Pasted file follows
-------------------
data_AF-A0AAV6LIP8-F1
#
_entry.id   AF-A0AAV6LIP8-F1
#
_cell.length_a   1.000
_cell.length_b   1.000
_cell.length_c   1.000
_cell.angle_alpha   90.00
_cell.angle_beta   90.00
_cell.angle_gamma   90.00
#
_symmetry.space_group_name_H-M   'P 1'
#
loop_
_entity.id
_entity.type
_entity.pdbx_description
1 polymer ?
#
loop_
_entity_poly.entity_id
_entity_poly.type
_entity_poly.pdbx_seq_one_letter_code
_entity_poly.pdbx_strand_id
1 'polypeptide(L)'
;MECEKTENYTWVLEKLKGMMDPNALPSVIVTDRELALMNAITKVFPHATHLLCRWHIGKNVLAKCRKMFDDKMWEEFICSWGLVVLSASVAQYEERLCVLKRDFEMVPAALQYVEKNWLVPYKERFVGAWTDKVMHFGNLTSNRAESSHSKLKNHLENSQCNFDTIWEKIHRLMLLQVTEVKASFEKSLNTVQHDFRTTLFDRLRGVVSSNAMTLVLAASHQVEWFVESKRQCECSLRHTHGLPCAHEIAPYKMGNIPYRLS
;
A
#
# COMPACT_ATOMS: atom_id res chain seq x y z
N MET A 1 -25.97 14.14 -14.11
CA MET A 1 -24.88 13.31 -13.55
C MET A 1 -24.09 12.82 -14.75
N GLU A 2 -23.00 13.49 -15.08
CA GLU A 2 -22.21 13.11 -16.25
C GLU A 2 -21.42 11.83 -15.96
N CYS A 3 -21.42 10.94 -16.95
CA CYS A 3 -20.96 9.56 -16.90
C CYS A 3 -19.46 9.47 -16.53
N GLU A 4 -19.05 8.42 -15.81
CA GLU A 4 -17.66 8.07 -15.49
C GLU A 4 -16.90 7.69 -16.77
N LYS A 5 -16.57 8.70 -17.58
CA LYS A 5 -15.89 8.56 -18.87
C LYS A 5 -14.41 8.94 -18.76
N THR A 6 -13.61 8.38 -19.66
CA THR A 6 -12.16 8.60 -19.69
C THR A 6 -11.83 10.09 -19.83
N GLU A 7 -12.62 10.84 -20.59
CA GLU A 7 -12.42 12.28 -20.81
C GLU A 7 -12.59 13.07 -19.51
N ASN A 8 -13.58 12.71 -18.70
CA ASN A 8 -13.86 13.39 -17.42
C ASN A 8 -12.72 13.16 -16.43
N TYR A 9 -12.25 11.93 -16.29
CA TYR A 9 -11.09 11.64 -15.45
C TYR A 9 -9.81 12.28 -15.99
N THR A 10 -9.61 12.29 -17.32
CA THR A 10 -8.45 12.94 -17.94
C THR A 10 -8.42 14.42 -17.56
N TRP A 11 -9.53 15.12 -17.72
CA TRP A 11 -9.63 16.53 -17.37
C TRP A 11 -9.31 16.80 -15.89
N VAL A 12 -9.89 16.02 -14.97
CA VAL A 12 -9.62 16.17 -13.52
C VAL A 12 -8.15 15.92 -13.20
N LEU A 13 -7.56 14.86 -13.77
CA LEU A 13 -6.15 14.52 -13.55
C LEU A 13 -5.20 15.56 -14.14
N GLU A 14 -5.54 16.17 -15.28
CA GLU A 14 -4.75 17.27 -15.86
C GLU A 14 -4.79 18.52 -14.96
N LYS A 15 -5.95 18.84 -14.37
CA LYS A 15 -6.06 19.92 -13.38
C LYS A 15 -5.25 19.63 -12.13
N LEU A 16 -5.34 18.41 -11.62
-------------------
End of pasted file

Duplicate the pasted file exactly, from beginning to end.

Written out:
data_AF-A0AAV6LIP8-F1
#
_entry.id   AF-A0AAV6LIP8-F1
#
_cell.length_a   1.000
_cell.length_b   1.000
_cell.length_c   1.000
_cell.angle_alpha   90.00
_cell.angle_beta   90.00
_cell.angle_gamma   90.00
#
_symmetry.space_group_name_H-M   'P 1'
#
loop_
_entity.id
_entity.type
_entity.pdbx_description
1 polymer ?
#
loop_
_entity_poly.entity_id
_entity_poly.type
_entity_poly.pdbx_seq_one_letter_code
_entity_poly.pdbx_strand_id
1 'polypeptide(L)'
;MECEKTENYTWVLEKLKGMMDPNALPSVIVTDRELALMNAITKVFPHATHLLCRWHIGKNVLAKCRKMFDDKMWEEFICSWGLVVLSASVAQYEERLCVLKRDFEMVPAALQYVEKNWLVPYKERFVGAWTDKVMHFGNLTSNRAESSHSKLKNHLENSQCNFDTIWEKIHRLMLLQVTEVKASFEKSLNTVQHDFRTTLFDRLRGVVSSNAMTLVLAASHQVEWFVESKRQCECSLRHTHGLPCAHEIAPYKMGNIPYRLS
;
A
#
# COMPACT_ATOMS: atom_id res chain seq x y z
N MET A 1 -25.97 14.14 -14.11
CA MET A 1 -24.88 13.31 -13.55
C MET A 1 -24.09 12.82 -14.75
N GLU A 2 -23.00 13.49 -15.08
CA GLU A 2 -22.21 13.11 -16.25
C GLU A 2 -21.42 11.83 -15.96
N CYS A 3 -21.42 10.94 -16.95
CA CYS A 3 -20.96 9.56 -16.90
C CYS A 3 -19.46 9.47 -16.53
N GLU A 4 -19.05 8.42 -15.81
CA GLU A 4 -17.66 8.07 -15.49
C GLU A 4 -16.90 7.69 -16.77
N LYS A 5 -16.57 8.70 -17.58
CA LYS A 5 -15.89 8.56 -18.87
C LYS A 5 -14.41 8.94 -18.76
N THR A 6 -13.61 8.38 -19.66
CA THR A 6 -12.16 8.60 -19.69
C THR A 6 -11.83 10.09 -19.83
N GLU A 7 -12.62 10.84 -20.59
CA GLU A 7 -12.42 12.28 -20.81
C GLU A 7 -12.59 13.07 -19.51
N ASN A 8 -13.58 12.71 -18.70
CA ASN A 8 -13.86 13.39 -17.42
C ASN A 8 -12.72 13.16 -16.43
N TYR A 9 -12.25 11.93 -16.29
CA TYR A 9 -11.09 11.64 -15.45
C TYR A 9 -9.81 12.28 -15.99
N THR A 10 -9.61 12.29 -17.32
CA THR A 10 -8.45 12.94 -17.94
C THR A 10 -8.42 14.42 -17.56
N TRP A 11 -9.53 15.12 -17.72
CA TRP A 11 -9.63 16.53 -17.37
C TRP A 11 -9.31 16.80 -15.89
N VAL A 12 -9.89 16.02 -14.97
CA VAL A 12 -9.62 16.17 -13.52
C VAL A 12 -8.15 15.92 -13.20
N LEU A 13 -7.56 14.86 -13.77
CA LEU A 13 -6.15 14.52 -13.55
C LEU A 13 -5.20 15.56 -14.14
N GLU A 14 -5.54 16.17 -15.28
CA GLU A 14 -4.75 17.27 -15.86
C GLU A 14 -4.79 18.52 -14.96
N LYS A 15 -5.95 18.84 -14.37
CA LYS A 15 -6.06 19.92 -13.38
C LYS A 15 -5.25 19.63 -12.13
N LEU A 16 -5.34 18.41 -11.62